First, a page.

The use of game cameras for surveying and estimating populations of large mammals has become increasingly popular over the past two decades; however, few studies have examined logistics or patterns of animal detection using cameras. We monitored feral pigs (Sus scrofa) for seven consecutive 24-hour periods at 73 pre-baited camera sites on Fort Benning, Georgia, to determine the minimum length of time cameras must be deployed to attain sufficient detection probabilities for three classes of pigs (adult sows, adult boars, and juveniles). We sought to broaden this objective by examining the impact on predicted detection probabilities associated with nocturnal versus diurnal sampling. Predicted detection probabilities for each class exceeded 0.5 following the third day of camera deployment. Results suggest estimation of feral pig abundance may be improved by minimizing sampling periods to three 24-hour periods per monitoring station following a uniform pre-baiting schedule.
A rancher near Hebbronville, Texas, recently discovered that an unknown large animal had attempted to gain access to a metal outbuilding on the ranch. The metal was torn and completely bitten through in several places. Because of the strength required to inflict this damage, a large animal, such as a mountain lion (Puma concolor) or black bear (Ursus americanus), were suspects. However, insufficient evidence was available to conclusively identify the culprit. We extracted DNA from hairs found at the scene and amplified a portion of the mtDNA control region. The DNA fragment was a 100% match to sequences from domestic dog (Canis familiaris). Thus, the mystery animal was not a rare species such as a bear or an even more exotic animal such as the mythical chupacabra, but a stray dog. Our results demonstrate that molecular techniques can serve as a useful tool for answering difficult wildlife management questions.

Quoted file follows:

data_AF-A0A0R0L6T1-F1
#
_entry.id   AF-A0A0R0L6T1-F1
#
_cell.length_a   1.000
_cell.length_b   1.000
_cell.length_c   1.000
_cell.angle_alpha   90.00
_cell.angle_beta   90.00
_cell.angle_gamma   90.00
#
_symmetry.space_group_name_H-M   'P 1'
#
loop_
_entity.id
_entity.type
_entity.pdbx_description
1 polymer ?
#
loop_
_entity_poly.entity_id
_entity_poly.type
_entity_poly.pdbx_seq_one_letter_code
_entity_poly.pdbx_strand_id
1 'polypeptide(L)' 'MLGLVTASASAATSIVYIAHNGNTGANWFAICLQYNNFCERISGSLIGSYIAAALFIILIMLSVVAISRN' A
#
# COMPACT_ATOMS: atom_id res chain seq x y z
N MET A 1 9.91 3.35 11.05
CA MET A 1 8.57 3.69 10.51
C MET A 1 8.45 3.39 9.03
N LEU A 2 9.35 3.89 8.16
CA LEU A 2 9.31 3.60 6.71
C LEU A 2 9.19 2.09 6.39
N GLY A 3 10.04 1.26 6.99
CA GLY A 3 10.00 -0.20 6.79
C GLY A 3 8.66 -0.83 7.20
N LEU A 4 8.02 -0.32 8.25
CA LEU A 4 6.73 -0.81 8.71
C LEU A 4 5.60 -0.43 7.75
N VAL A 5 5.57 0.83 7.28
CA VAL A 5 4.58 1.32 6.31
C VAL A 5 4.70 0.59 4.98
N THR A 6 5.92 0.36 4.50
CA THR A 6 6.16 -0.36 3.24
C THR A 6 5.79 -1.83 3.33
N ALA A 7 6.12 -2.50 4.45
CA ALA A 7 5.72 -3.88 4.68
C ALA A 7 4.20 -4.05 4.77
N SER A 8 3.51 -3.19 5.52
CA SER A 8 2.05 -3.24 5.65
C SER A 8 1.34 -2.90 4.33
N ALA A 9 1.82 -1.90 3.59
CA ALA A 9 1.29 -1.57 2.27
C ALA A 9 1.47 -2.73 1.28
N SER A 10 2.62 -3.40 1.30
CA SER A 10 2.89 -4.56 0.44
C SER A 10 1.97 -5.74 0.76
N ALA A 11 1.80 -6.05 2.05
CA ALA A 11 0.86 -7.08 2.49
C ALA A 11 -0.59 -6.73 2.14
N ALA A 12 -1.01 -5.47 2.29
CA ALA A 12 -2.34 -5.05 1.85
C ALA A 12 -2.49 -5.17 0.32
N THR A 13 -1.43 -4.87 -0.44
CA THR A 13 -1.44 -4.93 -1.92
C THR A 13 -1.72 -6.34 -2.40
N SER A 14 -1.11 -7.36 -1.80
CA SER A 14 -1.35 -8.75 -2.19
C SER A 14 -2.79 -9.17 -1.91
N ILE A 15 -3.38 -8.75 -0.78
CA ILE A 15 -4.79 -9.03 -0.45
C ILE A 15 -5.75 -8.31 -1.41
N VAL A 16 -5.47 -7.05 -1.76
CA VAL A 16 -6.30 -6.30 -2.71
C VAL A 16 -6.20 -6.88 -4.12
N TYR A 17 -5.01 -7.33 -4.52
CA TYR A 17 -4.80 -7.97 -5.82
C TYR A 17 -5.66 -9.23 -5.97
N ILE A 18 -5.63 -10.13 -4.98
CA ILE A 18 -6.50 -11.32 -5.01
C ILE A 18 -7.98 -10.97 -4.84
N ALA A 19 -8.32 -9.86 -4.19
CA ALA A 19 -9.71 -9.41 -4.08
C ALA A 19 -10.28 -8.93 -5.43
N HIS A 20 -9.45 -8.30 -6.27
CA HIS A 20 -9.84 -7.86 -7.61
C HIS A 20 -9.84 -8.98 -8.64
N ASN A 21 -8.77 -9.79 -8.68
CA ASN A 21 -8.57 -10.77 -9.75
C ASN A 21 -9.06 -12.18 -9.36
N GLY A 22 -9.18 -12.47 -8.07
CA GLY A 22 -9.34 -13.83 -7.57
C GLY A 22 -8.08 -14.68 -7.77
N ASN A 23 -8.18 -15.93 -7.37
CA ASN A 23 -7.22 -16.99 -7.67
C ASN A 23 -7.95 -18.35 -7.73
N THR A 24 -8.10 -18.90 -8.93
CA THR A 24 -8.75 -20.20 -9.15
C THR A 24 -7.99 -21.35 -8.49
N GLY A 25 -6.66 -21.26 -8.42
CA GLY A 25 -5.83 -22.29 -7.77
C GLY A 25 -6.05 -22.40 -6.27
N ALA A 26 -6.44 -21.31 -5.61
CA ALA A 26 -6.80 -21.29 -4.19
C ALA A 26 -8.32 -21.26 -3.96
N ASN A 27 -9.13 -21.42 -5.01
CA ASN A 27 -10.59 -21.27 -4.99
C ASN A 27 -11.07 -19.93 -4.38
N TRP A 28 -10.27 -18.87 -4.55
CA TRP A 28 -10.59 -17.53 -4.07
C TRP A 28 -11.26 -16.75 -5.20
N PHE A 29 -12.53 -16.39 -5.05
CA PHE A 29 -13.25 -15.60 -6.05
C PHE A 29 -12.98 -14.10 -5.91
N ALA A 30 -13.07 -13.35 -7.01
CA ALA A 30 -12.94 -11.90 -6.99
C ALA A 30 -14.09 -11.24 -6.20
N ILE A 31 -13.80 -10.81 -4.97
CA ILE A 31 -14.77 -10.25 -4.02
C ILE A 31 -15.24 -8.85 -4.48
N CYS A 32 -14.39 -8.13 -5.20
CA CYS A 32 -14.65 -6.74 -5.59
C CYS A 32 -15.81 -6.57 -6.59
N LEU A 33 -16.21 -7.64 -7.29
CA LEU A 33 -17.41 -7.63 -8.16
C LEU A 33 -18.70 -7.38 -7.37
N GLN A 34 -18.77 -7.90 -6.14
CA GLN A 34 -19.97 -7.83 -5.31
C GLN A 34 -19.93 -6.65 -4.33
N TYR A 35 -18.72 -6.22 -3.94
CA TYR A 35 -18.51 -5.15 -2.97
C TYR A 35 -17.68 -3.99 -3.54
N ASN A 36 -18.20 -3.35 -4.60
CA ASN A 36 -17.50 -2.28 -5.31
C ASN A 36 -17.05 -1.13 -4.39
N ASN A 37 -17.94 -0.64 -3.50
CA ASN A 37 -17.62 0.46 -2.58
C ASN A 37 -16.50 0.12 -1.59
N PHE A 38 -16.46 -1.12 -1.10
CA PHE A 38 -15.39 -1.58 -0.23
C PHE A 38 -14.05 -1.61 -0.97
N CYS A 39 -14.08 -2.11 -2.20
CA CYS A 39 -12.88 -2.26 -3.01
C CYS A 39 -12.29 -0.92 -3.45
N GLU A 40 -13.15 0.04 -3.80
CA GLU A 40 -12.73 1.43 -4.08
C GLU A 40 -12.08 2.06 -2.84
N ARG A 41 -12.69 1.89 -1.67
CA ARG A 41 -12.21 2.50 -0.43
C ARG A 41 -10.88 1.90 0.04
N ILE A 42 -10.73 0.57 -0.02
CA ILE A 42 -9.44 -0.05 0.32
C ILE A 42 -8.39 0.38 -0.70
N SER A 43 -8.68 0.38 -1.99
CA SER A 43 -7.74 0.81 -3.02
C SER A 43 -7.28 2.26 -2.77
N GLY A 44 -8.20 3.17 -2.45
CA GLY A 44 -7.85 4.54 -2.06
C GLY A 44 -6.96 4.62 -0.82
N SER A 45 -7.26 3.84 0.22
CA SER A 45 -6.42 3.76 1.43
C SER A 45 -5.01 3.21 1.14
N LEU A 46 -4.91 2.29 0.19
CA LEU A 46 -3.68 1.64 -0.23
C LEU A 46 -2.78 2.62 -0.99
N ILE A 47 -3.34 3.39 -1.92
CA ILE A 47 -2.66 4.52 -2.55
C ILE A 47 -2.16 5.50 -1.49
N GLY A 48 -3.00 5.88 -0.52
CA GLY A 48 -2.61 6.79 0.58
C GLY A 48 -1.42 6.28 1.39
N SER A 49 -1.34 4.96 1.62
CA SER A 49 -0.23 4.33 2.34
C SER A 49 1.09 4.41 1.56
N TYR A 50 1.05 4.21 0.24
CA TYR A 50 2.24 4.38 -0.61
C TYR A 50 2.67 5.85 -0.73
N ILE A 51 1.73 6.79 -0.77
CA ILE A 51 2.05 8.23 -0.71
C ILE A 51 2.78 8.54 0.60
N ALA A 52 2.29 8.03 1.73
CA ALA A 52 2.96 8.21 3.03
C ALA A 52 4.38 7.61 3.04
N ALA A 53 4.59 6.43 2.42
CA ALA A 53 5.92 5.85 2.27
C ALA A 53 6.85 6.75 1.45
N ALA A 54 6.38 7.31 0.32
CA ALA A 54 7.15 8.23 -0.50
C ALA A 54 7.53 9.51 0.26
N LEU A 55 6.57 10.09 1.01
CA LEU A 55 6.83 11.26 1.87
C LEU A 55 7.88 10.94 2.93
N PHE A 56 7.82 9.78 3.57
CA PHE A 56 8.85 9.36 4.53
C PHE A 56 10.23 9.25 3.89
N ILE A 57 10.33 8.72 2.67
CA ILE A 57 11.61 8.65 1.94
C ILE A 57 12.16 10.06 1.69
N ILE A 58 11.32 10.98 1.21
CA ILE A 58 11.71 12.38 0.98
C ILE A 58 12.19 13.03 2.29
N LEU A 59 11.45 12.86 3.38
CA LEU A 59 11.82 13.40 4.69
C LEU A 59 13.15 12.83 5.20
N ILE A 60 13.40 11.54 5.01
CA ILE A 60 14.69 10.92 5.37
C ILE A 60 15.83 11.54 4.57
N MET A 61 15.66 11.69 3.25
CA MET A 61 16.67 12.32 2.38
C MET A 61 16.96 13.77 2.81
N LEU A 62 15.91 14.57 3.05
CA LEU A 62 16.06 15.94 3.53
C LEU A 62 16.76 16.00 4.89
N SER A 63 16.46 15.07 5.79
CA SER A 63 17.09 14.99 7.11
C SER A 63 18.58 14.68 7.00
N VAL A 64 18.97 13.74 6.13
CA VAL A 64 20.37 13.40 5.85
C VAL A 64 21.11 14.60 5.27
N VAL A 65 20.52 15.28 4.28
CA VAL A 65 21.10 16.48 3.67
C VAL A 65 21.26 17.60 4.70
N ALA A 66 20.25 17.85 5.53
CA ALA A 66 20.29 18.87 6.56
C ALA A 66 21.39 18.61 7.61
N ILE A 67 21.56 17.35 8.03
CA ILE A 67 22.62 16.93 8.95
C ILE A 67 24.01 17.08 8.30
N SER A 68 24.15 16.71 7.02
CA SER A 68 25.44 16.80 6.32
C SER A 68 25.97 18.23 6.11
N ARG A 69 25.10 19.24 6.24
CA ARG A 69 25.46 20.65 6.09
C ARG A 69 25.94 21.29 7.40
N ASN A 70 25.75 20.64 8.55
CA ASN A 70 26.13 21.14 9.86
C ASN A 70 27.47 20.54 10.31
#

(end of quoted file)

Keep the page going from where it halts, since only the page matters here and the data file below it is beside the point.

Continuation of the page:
In south Texas, white-tailed deer (Odocoileus virginianus) translocations have become a common technique for non-lethal means of deer removal with the implementation of a Trap, Transport, and Transplant (TTT) permit program. However, the effectiveness of TTT as a management tool has not been evaluated. We monitored survival, movements, and body condition of 51 adult white-tailed deer from two translocations to two 2,000-ha south Texas properties, one of which was partially enclosed by a 2.5-m net-wire fence. Annual survival of all translocated deer was lower in the partially fenced property (64%) compared to the unfenced property (80%), but overall survival was similar to survival rates of adult native south Texas deer reported in previous studies (68%-74%). As expected, more deer left the unfenced property (52%) than the partially enclosed property (14%). Cumulatively, 40% of deer survived and remained on the release area after one year.
We determined wounding rates of white-tailed deer (Odocoileus virginianus) by bowhunters using modern (compound bow and crossbow) archery equipment. Our study relied on daily reports submitted by bowhunters who participated in managed hunts at the Naval Support Facility Indian Head at Indian Head, Maryland. Bowhunters were required to pass the International Bowhunter Education Program and an annual pre-season shooting proficiency test. During the 1989-2006 hunting seasons, 104 bowhunters failed to recover 162 of 908 deer hit by arrows or crossbow bolts, corresponding to an 18% wounding rate. There was no difference in deer recovery metrics between compound bow and crossbow users (χ21 = 0.01; P = 0.92). Bowhunters who harvested the most deer (>20 deer per hunter) had a lower pooled wounding rate than bowhunters who killed fewer deer (χ21 = 22.2; P < 0.005).